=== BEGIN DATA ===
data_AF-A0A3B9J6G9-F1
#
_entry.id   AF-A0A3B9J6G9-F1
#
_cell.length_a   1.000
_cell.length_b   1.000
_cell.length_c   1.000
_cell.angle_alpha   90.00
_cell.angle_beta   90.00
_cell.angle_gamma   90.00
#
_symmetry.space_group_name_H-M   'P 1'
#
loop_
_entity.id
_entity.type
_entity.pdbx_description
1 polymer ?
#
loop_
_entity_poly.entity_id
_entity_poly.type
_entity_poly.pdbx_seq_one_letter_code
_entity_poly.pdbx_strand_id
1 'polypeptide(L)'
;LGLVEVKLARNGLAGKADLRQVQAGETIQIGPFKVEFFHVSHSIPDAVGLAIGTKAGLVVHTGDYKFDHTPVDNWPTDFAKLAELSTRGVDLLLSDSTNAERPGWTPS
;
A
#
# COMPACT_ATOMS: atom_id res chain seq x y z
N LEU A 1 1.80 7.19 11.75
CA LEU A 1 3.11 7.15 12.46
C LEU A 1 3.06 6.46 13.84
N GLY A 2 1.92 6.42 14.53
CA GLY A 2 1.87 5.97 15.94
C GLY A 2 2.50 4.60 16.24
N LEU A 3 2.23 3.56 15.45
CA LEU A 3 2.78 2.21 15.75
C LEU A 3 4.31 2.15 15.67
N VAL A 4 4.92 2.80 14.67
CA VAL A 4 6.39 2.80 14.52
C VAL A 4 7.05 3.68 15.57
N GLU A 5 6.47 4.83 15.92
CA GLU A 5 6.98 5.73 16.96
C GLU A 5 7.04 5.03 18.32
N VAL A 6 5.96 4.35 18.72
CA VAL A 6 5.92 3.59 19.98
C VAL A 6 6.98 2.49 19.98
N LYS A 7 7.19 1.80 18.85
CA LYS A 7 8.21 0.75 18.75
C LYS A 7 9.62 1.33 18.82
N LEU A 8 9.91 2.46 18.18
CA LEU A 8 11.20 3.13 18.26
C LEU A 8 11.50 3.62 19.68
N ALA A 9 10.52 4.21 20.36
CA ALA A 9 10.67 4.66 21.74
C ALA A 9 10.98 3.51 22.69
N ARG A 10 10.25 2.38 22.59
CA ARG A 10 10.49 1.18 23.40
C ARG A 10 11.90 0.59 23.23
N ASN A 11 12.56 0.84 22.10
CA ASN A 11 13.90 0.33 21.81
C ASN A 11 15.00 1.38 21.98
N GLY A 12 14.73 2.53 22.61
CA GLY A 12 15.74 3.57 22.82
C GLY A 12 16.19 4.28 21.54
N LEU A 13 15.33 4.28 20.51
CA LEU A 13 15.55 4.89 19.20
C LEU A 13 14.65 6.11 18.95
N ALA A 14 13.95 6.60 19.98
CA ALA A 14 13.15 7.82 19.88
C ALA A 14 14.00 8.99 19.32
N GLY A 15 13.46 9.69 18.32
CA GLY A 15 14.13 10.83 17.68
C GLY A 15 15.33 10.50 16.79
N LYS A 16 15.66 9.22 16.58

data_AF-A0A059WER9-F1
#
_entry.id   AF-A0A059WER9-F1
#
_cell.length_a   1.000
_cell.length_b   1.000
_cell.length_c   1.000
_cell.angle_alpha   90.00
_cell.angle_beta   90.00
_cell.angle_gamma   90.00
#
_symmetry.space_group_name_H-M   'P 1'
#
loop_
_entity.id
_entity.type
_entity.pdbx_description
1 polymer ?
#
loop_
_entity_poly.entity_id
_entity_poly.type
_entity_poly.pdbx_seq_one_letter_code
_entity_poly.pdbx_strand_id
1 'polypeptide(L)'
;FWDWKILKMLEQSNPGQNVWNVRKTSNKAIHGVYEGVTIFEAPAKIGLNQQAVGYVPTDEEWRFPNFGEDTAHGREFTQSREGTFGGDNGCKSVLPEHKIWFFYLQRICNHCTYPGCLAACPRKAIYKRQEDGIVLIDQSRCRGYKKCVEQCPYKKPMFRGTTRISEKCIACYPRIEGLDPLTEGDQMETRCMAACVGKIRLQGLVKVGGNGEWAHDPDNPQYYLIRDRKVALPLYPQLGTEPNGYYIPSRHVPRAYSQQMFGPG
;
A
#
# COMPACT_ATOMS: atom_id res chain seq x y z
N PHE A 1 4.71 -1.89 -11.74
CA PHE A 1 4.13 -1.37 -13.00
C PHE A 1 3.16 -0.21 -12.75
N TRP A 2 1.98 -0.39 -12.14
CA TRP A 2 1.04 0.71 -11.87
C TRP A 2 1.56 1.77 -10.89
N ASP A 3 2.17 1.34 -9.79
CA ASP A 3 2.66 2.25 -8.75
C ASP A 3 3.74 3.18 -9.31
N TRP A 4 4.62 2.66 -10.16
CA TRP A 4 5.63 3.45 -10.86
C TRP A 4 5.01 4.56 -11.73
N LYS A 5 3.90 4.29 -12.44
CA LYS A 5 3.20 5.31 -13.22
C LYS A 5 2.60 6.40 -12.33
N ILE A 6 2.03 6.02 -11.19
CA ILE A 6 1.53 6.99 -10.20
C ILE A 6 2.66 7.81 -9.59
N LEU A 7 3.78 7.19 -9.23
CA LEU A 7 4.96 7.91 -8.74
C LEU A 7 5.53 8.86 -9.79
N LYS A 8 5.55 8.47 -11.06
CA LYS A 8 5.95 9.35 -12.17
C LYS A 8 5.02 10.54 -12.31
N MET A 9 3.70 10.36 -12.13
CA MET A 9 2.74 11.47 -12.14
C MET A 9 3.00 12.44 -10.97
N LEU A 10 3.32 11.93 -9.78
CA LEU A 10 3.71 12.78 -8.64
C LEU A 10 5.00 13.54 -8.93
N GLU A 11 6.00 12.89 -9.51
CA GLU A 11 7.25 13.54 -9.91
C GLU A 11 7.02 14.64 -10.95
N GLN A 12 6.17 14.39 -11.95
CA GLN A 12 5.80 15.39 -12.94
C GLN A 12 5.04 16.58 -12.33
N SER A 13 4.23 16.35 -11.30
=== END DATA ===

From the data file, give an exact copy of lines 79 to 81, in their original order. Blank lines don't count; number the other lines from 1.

_entry.id   AF-A0A059WER9-F1
#
_cell.length_a   1.000